After the abolition of the Cargo Regulations, whether to continue to apply the “actual carrier” rule to disputes over coastal and inland waterway cargo transportation contracts in the court has become a major issue. Though there are many cases in which the parties clearly stated that the “actual carrier” rule is no longer be applicable after the abolition of the Cargo Regulations during the court hearing, judicial practice shows that the “actual carrier” rule had helped the court resolve a large number of disputes, adjudicate the interests of parties and standardize the domestic waterway cargo transportation market. Due to the abolition of the Cargo Regulations, there is a regulatory gap in the “actual carrier” rule. The denial of the “actual carrier” rule in the court to adjudicate disputes over coastal and inland waterway transportation had resulted in the inconsistency of the courts’ decisions and affected the credibility of the judicial system, leading to the situation of repeating the pursuing of recovery between the parties. In that case, Mr. Yang has advised the legislature to rebuild the “actual carrier” system when drafting the domestic waterway cargo transportation provisions in accordance with the Maritime Law and Cargo Regulations. In contrast to the fact that the “actual carrier” rule is only applicable to the bill of lading for international maritime cargo transportation, Mr. Yang suggested that it should be applicable to all types of contracts for domestic waterway cargo transportation, including voyage charter contract and other forms of contract.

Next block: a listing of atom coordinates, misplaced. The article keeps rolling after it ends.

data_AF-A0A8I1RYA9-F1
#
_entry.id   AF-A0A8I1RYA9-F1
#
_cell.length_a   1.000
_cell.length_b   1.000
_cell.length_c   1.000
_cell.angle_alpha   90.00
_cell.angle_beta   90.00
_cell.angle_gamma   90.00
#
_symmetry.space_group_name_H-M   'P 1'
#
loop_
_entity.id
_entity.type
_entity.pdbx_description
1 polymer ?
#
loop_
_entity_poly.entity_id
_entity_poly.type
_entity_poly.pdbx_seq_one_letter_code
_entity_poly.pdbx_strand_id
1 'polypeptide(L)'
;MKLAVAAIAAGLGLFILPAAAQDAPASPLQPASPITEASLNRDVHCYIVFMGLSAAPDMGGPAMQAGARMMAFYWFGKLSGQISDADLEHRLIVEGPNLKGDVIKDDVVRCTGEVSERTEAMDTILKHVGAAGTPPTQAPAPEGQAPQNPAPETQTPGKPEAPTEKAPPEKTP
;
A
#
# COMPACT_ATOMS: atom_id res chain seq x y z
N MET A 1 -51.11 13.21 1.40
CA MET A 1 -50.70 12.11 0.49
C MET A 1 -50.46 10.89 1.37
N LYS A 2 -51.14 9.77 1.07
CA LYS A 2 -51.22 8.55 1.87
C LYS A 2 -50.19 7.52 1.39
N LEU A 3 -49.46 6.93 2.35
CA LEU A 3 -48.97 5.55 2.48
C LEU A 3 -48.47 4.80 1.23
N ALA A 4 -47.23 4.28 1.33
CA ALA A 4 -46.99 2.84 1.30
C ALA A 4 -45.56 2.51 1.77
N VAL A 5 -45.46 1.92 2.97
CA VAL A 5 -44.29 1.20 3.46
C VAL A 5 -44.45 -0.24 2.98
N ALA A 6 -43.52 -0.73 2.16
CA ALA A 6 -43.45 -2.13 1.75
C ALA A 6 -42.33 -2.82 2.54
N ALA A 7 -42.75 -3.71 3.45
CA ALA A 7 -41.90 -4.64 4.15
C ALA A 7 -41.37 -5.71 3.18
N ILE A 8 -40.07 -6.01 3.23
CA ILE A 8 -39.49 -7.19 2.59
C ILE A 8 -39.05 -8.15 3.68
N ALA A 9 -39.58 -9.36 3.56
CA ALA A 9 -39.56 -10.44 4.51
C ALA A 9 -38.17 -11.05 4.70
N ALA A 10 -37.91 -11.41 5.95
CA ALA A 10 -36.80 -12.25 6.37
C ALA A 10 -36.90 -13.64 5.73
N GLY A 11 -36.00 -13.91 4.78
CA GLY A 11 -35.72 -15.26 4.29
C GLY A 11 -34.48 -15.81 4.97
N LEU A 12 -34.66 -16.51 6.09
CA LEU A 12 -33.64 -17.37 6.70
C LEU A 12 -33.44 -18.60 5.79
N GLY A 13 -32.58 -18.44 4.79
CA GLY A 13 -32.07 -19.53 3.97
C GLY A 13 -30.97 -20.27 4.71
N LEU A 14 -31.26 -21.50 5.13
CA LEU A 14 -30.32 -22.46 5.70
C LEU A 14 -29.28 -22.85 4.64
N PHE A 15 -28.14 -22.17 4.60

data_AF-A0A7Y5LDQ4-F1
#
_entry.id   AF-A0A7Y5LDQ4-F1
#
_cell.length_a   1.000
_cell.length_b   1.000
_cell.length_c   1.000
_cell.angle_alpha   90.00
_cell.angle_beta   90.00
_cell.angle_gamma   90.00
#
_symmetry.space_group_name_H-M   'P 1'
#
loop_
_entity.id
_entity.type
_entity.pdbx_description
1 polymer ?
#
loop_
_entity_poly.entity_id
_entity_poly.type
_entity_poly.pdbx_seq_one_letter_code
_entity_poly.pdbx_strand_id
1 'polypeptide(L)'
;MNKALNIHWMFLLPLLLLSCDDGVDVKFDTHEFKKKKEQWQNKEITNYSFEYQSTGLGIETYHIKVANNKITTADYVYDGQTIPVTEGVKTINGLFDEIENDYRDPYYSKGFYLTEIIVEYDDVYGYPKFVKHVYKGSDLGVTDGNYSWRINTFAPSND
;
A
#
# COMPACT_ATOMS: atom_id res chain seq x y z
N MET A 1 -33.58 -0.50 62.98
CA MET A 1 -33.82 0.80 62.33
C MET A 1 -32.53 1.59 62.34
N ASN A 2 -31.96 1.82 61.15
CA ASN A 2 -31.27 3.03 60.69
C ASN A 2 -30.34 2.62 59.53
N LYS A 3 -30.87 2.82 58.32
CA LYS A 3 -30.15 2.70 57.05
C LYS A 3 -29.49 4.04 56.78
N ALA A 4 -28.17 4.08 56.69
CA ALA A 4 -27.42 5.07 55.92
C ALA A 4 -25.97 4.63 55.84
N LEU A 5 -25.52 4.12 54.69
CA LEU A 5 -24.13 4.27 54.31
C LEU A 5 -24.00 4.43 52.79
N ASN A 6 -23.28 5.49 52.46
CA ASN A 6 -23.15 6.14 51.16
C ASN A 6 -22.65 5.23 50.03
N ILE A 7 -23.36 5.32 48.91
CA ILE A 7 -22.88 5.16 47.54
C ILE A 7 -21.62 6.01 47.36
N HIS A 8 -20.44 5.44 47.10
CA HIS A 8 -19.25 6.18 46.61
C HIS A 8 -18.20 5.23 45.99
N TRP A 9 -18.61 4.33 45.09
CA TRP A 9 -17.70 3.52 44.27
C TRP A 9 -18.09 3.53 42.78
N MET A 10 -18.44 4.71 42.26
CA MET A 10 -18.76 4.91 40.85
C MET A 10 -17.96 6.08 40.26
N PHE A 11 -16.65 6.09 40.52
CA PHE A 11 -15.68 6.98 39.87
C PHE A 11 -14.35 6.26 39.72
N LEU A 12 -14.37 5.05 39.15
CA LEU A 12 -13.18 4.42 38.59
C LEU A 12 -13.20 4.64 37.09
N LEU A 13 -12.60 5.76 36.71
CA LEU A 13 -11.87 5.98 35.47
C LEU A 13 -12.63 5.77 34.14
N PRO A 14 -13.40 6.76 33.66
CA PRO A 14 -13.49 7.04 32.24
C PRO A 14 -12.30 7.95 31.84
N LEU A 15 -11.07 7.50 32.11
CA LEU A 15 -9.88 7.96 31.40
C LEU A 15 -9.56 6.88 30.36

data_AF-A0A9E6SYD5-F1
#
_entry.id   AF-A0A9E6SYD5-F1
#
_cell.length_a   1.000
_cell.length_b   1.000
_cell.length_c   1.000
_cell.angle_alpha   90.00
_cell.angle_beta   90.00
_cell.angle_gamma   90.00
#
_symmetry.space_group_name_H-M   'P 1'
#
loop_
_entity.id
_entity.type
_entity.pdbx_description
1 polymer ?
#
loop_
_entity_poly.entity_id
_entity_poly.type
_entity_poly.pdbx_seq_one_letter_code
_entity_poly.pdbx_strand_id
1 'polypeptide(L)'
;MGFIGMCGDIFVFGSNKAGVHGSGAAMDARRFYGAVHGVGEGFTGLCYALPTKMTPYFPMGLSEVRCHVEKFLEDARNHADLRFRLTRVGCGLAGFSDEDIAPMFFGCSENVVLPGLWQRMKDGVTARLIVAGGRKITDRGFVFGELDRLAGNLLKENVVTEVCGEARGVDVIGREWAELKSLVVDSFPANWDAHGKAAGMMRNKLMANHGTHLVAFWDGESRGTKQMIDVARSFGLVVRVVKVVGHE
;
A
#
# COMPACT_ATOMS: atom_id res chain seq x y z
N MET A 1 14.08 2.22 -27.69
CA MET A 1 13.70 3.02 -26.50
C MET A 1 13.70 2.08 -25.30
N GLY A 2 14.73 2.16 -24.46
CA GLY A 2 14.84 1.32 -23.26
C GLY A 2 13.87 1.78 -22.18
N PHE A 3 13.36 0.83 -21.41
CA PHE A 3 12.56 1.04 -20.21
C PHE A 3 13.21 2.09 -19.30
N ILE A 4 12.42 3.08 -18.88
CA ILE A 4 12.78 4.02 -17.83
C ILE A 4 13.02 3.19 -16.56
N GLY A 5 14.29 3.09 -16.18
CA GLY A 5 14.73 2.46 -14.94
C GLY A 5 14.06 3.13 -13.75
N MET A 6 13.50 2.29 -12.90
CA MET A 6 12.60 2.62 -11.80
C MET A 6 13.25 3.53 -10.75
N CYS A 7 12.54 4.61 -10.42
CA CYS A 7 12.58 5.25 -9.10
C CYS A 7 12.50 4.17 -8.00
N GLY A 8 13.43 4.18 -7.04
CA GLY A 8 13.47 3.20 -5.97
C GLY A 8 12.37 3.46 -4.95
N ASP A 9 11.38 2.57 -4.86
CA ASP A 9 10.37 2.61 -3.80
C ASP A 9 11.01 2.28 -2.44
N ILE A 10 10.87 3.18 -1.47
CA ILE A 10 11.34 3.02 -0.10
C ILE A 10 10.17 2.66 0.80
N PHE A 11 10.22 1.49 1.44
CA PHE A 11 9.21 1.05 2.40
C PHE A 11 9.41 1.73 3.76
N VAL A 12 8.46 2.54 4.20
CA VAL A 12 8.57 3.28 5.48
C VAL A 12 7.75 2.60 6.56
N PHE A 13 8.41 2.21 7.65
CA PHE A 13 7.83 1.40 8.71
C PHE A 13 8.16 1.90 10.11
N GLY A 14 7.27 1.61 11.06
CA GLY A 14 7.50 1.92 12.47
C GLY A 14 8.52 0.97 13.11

Mr. Yang has also suggested that restricting the freedom of contract is a prerequisite for establishing the “actual carrier” rule. Under the Article 47 of Cargo Regulations, where the actual carrier assumes joint liability, the relevant provisions in Cargo Regulations on the liabilities of the carrier apply to the actual carrier. Since the Cargo Regulations is not obligatorily applicable, the consignor and the carrier have some level of contractual freedom to limit liabilities for lost or damage of goods due to unseaworthiness or improper management of the ship. In that case, the actual carrier can enter a plea based on limitation or exemption of liability agreed between the consignor and carrier when assuming joint liability. Also, the carrier may add “Himalaya Clause” in the contract to enable the actual carrier to rely on limitation or exemption of liability he entered with the consignor. If the actual carrier takes full liability in accordance with the Cargo Regulations, while the carrier enters the plea for limiting or exempting liabilities, there would be no way to ensure that both parties assume joint liability. As a result, Mr. Yang concluded that the “actual carrier” rule may break the relativity of contract and lead to more problems. Only when the freedom of contract is restricted for carriage contract, the actual carrier can assume joint liability with the carrier. This is also the main reason why Mr. Yang opposed adopting the “actual carrier” rule to voyage charter contract under Chapter 4 of the Maritime Law.